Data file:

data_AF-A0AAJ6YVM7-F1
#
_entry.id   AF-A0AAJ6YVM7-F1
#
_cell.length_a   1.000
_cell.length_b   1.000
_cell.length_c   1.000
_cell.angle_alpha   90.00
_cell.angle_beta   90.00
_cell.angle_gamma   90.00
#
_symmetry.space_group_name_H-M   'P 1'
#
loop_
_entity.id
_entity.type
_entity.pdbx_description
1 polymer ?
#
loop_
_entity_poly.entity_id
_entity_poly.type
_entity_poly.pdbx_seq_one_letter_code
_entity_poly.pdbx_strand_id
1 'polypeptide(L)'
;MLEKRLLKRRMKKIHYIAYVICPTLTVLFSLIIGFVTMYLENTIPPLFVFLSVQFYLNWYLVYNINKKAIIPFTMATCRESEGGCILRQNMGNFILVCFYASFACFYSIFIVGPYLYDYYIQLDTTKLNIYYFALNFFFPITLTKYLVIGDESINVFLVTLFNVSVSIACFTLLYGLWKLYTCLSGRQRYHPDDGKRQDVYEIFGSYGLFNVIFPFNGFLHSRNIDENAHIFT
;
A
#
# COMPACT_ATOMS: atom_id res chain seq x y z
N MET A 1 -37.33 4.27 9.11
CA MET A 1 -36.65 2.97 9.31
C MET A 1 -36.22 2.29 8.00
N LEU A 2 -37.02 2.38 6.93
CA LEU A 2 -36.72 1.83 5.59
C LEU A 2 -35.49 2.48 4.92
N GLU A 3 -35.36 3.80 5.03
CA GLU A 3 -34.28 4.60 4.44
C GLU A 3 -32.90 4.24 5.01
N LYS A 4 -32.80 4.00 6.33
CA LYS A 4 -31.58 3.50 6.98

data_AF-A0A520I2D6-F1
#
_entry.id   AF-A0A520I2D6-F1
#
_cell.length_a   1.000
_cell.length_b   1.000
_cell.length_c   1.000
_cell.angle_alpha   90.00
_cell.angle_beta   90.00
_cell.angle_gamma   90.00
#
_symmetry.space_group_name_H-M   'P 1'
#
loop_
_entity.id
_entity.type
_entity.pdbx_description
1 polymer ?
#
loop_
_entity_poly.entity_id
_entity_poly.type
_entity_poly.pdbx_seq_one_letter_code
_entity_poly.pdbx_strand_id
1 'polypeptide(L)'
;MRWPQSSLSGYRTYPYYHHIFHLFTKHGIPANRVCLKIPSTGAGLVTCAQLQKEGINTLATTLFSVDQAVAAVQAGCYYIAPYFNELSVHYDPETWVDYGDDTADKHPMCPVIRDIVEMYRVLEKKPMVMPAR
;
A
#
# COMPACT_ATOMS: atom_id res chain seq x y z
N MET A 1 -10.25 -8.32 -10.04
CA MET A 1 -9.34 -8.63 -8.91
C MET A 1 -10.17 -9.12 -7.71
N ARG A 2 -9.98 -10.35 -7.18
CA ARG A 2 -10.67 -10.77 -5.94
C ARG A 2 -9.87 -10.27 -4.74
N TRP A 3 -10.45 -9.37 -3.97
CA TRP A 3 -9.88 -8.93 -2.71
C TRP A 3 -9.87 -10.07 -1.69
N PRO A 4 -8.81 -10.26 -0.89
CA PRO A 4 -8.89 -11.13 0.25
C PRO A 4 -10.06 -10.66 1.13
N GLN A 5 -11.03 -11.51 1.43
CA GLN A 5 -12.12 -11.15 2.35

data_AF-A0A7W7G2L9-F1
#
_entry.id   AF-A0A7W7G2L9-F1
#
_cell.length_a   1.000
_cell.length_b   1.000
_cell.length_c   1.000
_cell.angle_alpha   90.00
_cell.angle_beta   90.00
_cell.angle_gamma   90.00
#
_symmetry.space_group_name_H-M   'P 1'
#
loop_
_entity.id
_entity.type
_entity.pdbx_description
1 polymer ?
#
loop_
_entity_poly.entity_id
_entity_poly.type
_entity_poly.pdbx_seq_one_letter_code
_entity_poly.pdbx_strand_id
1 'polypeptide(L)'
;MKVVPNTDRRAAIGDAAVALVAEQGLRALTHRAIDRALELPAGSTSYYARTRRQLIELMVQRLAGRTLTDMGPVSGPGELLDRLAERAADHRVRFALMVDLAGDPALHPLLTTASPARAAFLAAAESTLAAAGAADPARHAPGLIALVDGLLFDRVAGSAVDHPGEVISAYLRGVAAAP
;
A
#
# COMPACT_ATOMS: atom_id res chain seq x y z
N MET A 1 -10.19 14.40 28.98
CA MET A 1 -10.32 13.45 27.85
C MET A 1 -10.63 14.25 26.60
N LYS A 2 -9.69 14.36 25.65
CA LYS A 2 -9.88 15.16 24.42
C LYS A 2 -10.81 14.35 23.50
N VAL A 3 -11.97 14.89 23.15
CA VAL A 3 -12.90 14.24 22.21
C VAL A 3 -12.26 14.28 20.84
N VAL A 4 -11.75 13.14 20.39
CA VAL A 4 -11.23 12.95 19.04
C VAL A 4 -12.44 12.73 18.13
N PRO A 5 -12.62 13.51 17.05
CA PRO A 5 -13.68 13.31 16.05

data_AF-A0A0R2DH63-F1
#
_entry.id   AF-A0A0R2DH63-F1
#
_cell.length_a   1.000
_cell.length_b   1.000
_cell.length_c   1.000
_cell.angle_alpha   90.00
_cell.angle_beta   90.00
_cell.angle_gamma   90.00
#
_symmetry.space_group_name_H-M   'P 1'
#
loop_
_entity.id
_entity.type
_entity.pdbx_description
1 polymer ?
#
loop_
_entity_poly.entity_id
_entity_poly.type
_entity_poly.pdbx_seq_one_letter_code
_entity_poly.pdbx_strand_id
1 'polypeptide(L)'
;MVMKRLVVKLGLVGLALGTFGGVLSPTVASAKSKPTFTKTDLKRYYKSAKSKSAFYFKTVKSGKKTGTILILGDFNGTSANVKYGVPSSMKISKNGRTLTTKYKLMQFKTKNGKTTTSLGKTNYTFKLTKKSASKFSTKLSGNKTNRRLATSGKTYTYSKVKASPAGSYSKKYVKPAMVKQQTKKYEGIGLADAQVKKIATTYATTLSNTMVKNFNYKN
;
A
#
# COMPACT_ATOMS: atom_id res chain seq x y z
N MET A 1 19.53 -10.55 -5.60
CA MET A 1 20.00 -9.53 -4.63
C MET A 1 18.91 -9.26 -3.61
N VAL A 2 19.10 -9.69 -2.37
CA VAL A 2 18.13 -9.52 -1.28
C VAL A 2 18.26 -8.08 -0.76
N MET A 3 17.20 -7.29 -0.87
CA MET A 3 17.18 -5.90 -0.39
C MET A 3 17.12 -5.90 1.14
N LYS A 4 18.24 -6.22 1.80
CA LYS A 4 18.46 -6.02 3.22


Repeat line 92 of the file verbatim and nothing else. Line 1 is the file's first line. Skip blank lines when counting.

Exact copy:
_cell.length_c   1.000